It is highly important for the wellness program and spa to have its own centralized and dedicated sales team, set up with regional and global partnerships. SHA Wellness Clinic, as an example, invested heavily on direct sales and marketing with six global satellite sales offices, establishing a loyal following from over 60 countries including Russia, Mexico, and Saudi Arabia.
Investor’s Passion and Dedication
Throughout the industry of well-established and successful destination spas, a common thread is that the owners or founders themselves have a firm belief and great passion towards health and wellness, with the vision and aim to share it to the world. Some may have experienced health problems and recovered through a certain regimen, whereas some have strong backgrounds and experiences in certain medicine, such as evidence-based Western medicine or alternative medicine. Having a personal investment in well-being can accelerate the commitment to embark on these highly specific and wide-ranging program types.
Due to the increasing demand of the wellness product and program versatility, the period to stabilization of a destination wellness spa, as well as some traditional hotel and resort spas, can be three to five years. The selection of services, program types, and amenities can highly influence and drive performance dynamics. Therefore, investors and developers need to be informed and aware of various program options and business models at the onset of investment and development as a part of the overall strategy. This will protect long-range investments and support stronger, more successful outcomes.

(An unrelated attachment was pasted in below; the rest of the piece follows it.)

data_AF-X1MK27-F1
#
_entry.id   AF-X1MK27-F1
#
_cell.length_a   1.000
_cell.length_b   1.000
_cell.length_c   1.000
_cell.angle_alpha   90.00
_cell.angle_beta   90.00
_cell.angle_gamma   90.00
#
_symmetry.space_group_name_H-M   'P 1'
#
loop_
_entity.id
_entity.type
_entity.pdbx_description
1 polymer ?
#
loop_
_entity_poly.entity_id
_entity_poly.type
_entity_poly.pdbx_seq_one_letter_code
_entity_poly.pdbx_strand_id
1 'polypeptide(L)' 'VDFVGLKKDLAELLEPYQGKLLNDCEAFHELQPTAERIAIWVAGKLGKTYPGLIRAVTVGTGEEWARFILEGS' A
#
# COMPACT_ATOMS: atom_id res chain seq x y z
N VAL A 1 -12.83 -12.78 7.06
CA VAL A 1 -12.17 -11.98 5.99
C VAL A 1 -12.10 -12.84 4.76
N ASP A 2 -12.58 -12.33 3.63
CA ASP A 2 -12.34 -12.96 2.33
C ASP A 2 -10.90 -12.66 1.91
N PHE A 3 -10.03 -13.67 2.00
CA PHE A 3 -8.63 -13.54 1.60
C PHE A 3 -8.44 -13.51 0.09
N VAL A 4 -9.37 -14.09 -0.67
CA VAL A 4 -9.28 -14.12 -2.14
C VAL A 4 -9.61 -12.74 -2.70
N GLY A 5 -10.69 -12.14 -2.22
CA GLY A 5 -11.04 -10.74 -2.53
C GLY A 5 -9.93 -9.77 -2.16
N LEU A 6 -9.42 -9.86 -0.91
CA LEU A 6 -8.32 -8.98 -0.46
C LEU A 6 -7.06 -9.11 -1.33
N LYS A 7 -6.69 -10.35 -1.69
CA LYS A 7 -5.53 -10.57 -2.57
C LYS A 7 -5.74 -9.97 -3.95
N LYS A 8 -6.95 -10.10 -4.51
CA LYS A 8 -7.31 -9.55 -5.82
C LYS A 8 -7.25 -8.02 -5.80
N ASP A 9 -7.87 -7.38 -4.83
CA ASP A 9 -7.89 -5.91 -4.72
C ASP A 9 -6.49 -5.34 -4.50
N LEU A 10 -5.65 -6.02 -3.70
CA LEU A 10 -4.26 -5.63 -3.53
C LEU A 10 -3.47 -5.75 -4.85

Outlook of Wellness in Hospitality
While interest in investing in authentic and place-based destination spas is still growing, it is also evident that wellness tourism is evolving and shifting to outlaying urban settings. More wellness brands, which have traditionally operated as destination spa properties, are also tapping into second- and third-tier market cities, while entirely new ones are beginning to develop, as well.
With superior education, healthcare, and job/career prospects, primary cities will have a long attraction “pull” for a large amount of the population. While COVID-19 presents challenges for the time being, the networking activities that characterize the lifestyle habits of the cultural and economic elites in society may find it more difficult to move from cities. There is also a drive to create urban wellness centers that currently cater to the high-end market but are increasingly becoming more accessible, reaching a broader consumer base. In terms of long-range planning, urban livability will continue to expand, bringing more people to activated areas featuring a lower carbon footprint, whereas low-density, rural leisure and living for the masses will not be feasible in many parts of the world, including Asia and Latin America.
With a broadening audience and heighted search for well-being, this will spur new and distinct demand in the coming years. New spa-and-wellness businesses and innovative performance models will be required to reposition services and meet these changing needs. Creating successful spa-and-wellness propositions and new business models requires a delicate balance of understanding the spa-and-wellness market and the social and economic ecosystems in which it lives.